Some piste markers also include the name of the ski are as this one does in Les Menuires

Finally one of the best sources of information are the people around you in particular the Lift Operators and Piste Patrols. They ski the area daily, most of them have lived locally for years so don't be afraid to ask for help or advice. All lift stations carry maps and will point out to you exactly where you are. In addition to staff at the start and end of each lift you will also see huts like the one below where the Piste Patrols are stationed, don't be afraid to knock on the door and ask, none of them bite - not even the Avalanche dogs who will often be inside waiting to be sent out to do their very important work.

Sunday, 17 March 2013

I can't see a thing............what to do

The bulk of the School holidays ended this weekend and although Saturday is always a lovely quiet day on the slopes being the main changeover day today was exceptionally quiet. I promised to post about finding your way around this huge ski area which I am going to do in 2 parts. The first part is about finding your way in bad conditions which is relevant in any ski area.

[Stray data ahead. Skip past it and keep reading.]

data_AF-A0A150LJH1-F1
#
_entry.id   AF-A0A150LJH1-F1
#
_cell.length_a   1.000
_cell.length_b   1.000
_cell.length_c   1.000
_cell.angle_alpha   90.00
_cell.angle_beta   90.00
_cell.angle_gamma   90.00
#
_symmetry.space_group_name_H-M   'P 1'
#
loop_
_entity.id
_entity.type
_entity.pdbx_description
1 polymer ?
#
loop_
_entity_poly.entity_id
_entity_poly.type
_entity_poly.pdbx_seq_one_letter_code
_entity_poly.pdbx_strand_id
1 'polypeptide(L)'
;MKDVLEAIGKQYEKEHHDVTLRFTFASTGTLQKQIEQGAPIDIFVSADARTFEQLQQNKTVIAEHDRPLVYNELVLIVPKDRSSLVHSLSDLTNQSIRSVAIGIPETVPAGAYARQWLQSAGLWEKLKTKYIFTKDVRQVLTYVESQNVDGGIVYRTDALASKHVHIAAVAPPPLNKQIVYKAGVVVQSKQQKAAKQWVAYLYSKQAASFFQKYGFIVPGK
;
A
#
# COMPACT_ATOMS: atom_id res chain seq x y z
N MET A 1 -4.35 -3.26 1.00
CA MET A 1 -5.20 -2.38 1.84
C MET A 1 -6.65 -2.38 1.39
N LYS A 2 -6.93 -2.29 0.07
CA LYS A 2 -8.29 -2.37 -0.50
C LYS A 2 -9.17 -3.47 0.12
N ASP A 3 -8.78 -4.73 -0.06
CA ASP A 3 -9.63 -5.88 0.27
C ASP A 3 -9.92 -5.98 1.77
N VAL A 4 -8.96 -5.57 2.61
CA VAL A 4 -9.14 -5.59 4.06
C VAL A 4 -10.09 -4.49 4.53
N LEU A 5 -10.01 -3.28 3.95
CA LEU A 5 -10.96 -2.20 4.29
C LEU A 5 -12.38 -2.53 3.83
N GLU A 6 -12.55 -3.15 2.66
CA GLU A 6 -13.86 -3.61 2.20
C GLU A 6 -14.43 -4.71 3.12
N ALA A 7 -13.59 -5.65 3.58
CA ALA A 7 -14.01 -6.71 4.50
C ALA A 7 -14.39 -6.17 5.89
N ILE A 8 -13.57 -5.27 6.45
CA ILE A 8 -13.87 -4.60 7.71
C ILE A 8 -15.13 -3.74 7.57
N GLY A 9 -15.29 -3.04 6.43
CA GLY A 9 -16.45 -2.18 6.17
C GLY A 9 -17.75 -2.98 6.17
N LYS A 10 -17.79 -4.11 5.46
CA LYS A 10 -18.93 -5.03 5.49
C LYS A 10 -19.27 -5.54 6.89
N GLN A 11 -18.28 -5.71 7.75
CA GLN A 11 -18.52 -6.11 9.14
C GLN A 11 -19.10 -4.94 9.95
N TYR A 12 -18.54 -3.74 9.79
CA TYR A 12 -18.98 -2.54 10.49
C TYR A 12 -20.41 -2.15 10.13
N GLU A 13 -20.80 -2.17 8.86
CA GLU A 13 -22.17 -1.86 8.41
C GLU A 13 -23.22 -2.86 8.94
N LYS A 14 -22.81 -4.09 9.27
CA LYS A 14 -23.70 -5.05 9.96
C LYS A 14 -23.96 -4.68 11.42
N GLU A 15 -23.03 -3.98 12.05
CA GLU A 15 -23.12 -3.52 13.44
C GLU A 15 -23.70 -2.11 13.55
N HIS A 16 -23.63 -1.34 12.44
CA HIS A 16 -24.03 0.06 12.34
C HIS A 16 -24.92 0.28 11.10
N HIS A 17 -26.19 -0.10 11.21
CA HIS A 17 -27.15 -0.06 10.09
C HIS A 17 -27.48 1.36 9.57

All very pretty until the cloud descends

Last week we were basking in glorious sunshine in Courchevel above a layer of cloud which had settled lower down in the valley floor. We decided to ski down to the Pralong Chairlift and suddenly met a wall of cloud, by the time we had come back up the Chairlift the visibility had decreased considerably so we decided it was time to head home. Making our way to the top of the Loze things just got worse, the visibility decreased further and throngs of people were trying to make it back to Meribel. Conditions like this are not frequent, we experience them perhaps 4 or 5 times a season, many people ski for years without experiencing them which can make for a frightening experience when it does happen. So what should you do? 

Firstly find a friend - in these situations your best friend is a piste marker pole, specifically one which has a different coloured top. The one above is on a blue piste but has a red top, sometimes they are more orange than red but always a different colour than the rest of the marker. These poles are always on the right hand side of the piste so once you find the line of them make sure you keep to the left of them to ensure you stay on the piste. Last week I saw a group of skiers become confused by piste markers on a blue run which resulted in them all toppling down a fairly steep slope. Luckily they realised and managed to climb back up but it could have been much worse if they had continued far off piste in such terrible visibility or been unable to climb back up

Secondly know your enemies - yellow and black poles as shown below signify "danger". It may be a cliff, an obstacle or a huge hole so stay away.